Yesterday, a report from Sportsnet’s Elliotte Friedman indicated that the Blackhawks are working with defenseman Duncan Keith on a trade that would send him to either the Pacific Northwest or Western Canada. The move is speculated to be for family reasons which would explain the specific geographical region where he’d waive his no-move clause to go to. With that in mind, let’s look at the potential fit for each of those teams to take on the final two years of his deal ($5.538MM both years but just $3.6MM in total salary combined).
Vancouver – With Alex Edler set to become an unrestricted free agent at the end of the month, there is a potential spot for Keith to step into if Edler doesn’t re-sign while it would shift Nate Schmidt back to his off-side. Although the Canucks don’t have the cap space to absorb Keith’s contract outright, they have some expiring contracts (Loui Eriksson, Jay Beagle, and Antoine Roussel) that could be used as offsets to make the money work this year. He’d also be a mentor for top youngster Quinn Hughes.
However, bringing in Keith would also put another roadblock in place for two of their young left-shot blueliners in Olli Juolevi and Jack Rathbone. Juolevi was able to carve out a limited role last season but more is expected from the fifth overall pick in 2016. As for Rathbone, he didn’t look out of place in a late-season stint and could be in the mix for a full-time spot in training camp. Developing some cost-controlled assets will help offset the big money owed to Hughes and Elias Pettersson this summer and Brock Boeser next summer.
It’s potentially for those reasons that they don’t appear to be interested in acquiring Keith at the moment. There are ways to make the money work for 2021-22 but 2022-23 could be a lot trickier and if they want to let Juolevi and Rathbone see some more NHL action, adding Keith would make that more difficult.
Edmonton – The early indications are that Oscar Klefbom ($4.167MM) may not be ready to return at the start of next season so he could be heading for LTIR once again. Last fall, they used that money on Tyson Barrie but they could have to go in a different direction if Barrie prices himself out of what the Oilers can afford. Theoretically, Keith could fill that same role next year although if Klefbom can return later in the year, that would complicate things.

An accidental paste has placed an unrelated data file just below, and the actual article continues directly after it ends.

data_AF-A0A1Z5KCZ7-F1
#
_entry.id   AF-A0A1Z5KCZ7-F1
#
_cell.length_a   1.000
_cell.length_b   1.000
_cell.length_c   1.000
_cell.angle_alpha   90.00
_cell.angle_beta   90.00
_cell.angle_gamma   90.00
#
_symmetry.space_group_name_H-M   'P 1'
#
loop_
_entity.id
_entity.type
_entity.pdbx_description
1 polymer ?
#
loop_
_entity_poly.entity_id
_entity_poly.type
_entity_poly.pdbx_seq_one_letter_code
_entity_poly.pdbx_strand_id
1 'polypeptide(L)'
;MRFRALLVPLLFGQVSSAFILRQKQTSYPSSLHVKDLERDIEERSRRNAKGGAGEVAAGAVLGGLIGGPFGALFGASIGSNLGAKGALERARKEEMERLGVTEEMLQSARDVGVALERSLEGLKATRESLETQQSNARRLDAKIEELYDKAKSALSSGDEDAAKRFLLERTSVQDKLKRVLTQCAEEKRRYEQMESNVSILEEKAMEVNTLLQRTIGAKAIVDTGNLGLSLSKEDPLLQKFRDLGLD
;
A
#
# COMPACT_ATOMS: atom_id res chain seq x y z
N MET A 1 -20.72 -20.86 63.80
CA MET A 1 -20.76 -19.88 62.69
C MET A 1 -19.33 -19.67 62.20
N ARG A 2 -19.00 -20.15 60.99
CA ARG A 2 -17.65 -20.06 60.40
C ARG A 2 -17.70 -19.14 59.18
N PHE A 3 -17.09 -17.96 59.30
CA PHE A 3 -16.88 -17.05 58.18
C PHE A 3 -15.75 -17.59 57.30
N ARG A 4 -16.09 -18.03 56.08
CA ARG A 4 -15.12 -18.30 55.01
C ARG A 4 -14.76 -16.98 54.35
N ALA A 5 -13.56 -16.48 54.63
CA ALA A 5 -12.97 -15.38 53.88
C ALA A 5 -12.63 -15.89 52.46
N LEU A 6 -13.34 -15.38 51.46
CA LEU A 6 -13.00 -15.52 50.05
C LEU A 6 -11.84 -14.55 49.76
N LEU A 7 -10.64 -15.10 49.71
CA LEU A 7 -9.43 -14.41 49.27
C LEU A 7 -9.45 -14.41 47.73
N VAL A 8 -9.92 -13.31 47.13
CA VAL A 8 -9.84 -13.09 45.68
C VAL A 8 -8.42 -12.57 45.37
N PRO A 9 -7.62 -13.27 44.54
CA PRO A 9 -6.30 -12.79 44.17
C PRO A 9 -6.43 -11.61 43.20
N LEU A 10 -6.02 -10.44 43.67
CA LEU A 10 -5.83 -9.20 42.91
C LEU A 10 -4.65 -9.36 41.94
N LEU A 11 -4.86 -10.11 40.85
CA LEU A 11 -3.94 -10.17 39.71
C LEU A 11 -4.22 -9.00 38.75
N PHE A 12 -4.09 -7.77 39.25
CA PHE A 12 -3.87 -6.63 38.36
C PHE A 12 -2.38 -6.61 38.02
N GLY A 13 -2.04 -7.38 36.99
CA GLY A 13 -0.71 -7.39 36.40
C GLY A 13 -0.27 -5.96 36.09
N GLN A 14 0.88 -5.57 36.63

Behind Darnell Nurse, there are few proven options on the left side of Edmonton’s back end. Caleb Jones and William Lagesson have both had their ups and downs to this point in their young careers while Kris Russell is a third-pairing role player at best. Dmitry Kulikov and Slater Koekkoek will both become unrestricted free agents later this month as well. They have high hopes for Philip Broberg, the eighth pick back in 2019, but he probably isn’t ready to step into a top-four role either. Keith could presumably serve as the bridge player for Broberg.
Edmonton also has some pricey contracts that could be moved to offset money. Winger James Neal has two years left at $5.75MM, nearly the same as Keith while goaltender Mikko Koskinen has one year at $4.5MM remaining. Both are buyout candidates as a result and could be included to balance the cap. With the state of their back end, a veteran that can play on the left side of the second pairing could be a useful pickup and Keith could conceivably fill that role.
Calgary – At first glance, there doesn’t appear to be a great fit. The Flames have their top four defenders signed for next year at a cost of $20.75MM. While Keith on the third pairing would certainly improve their depth, paying more than $5MM for the privilege is something they can’t realistically afford.
However, expansion is looming and Calgary appears to be a team that will need to protect seven forwards which means one of their top four blueliners – likely Mark Giordano – will be left exposed to Seattle. It wouldn’t be surprising at all to see the Kraken take on the final year of Giordano’s contract which would create an opening in the top four and $6.75MM in cap space. That could be an opening for Keith but otherwise, the Flames shouldn’t be the landing spot.
Seattle – For the Kraken to pick him in expansion, Keith would first have to waive his no-move clause. Considering his apparent desire to be in the Pacific Northwest, that shouldn’t be an issue. What will be trickier is finding the fit for a trade. Does Seattle want to take on that contract outright or are they going to want some sort of sweetener or salary offset? The latter can’t really happen until after the expansion draft when they’ll have players to trade which would take picking him off the table.
Those small logistics aside, Keith would certainly be an intriguing fit for an expansion team. There’s a chance he’d wind up in a bigger role than he should have (he turns 38 later this month) but he’s also someone that would potentially be their inaugural captain and help shepherd their roster through what will certainly be an interesting first couple of years. If they take a defenseman with their second-overall pick this month and put him on the NHL roster, Keith would work as a good mentor as well. Generally, players that old don’t make sense for a new team but there’s a fit here.
With such a narrow window of teams to work with (Winnipeg is too far East to qualify as part of Western Canada), Chicago and Keith’s camp will have their work cut out for them. Of the four, Edmonton may be the best fit before expansion while Calgary could become an option after that depending on what happens. And with their clean cap situation, Seattle could be in the mix at any time as well. There are options but likely not enough for the Blackhawks to bring in any sort of sizable return for the 16-year veteran.